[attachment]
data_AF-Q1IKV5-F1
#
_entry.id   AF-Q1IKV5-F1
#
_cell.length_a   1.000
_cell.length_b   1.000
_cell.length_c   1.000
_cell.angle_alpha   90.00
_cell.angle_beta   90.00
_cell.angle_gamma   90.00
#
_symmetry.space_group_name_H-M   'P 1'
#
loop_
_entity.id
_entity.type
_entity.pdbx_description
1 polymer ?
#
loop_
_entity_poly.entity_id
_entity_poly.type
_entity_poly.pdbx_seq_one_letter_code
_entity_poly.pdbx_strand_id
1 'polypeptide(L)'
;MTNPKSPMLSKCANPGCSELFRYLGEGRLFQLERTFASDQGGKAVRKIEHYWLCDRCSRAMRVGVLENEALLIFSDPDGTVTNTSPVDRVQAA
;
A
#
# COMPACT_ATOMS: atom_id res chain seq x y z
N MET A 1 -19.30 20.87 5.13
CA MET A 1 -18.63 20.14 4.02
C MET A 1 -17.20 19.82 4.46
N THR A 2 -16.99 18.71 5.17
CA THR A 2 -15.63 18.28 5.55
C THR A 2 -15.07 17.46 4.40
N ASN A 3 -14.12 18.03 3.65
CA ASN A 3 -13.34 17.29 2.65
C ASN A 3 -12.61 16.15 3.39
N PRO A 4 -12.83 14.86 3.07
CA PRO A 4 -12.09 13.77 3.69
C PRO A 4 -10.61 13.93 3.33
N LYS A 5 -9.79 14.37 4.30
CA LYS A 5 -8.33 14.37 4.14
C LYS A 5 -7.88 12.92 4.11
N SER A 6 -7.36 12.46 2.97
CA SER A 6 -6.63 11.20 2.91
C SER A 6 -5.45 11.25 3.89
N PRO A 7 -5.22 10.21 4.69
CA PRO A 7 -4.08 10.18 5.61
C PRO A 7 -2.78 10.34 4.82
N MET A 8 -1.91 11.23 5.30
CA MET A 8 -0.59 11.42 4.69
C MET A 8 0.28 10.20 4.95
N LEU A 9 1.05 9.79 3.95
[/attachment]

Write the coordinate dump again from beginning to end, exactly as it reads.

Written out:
data_AF-Q1IKV5-F1
#
_entry.id   AF-Q1IKV5-F1
#
_cell.length_a   1.000
_cell.length_b   1.000
_cell.length_c   1.000
_cell.angle_alpha   90.00
_cell.angle_beta   90.00
_cell.angle_gamma   90.00
#
_symmetry.space_group_name_H-M   'P 1'
#
loop_
_entity.id
_entity.type
_entity.pdbx_description
1 polymer ?
#
loop_
_entity_poly.entity_id
_entity_poly.type
_entity_poly.pdbx_seq_one_letter_code
_entity_poly.pdbx_strand_id
1 'polypeptide(L)'
;MTNPKSPMLSKCANPGCSELFRYLGEGRLFQLERTFASDQGGKAVRKIEHYWLCDRCSRAMRVGVLENEALLIFSDPDGTVTNTSPVDRVQAA
;
A
#
# COMPACT_ATOMS: atom_id res chain seq x y z
N MET A 1 -19.30 20.87 5.13
CA MET A 1 -18.63 20.14 4.02
C MET A 1 -17.20 19.82 4.46
N THR A 2 -16.99 18.71 5.17
CA THR A 2 -15.63 18.28 5.55
C THR A 2 -15.07 17.46 4.40
N ASN A 3 -14.12 18.03 3.65
CA ASN A 3 -13.34 17.29 2.65
C ASN A 3 -12.61 16.15 3.39
N PRO A 4 -12.83 14.86 3.07
CA PRO A 4 -12.09 13.77 3.69
C PRO A 4 -10.61 13.93 3.33
N LYS A 5 -9.79 14.37 4.30
CA LYS A 5 -8.33 14.37 4.14
C LYS A 5 -7.88 12.92 4.11
N SER A 6 -7.36 12.46 2.97
CA SER A 6 -6.63 11.20 2.91
C SER A 6 -5.45 11.25 3.89
N PRO A 7 -5.22 10.21 4.69
CA PRO A 7 -4.08 10.18 5.61
C PRO A 7 -2.78 10.34 4.82
N MET A 8 -1.91 11.23 5.30
CA MET A 8 -0.59 11.42 4.69
C MET A 8 0.28 10.20 4.95
N LEU A 9 1.05 9.79 3.95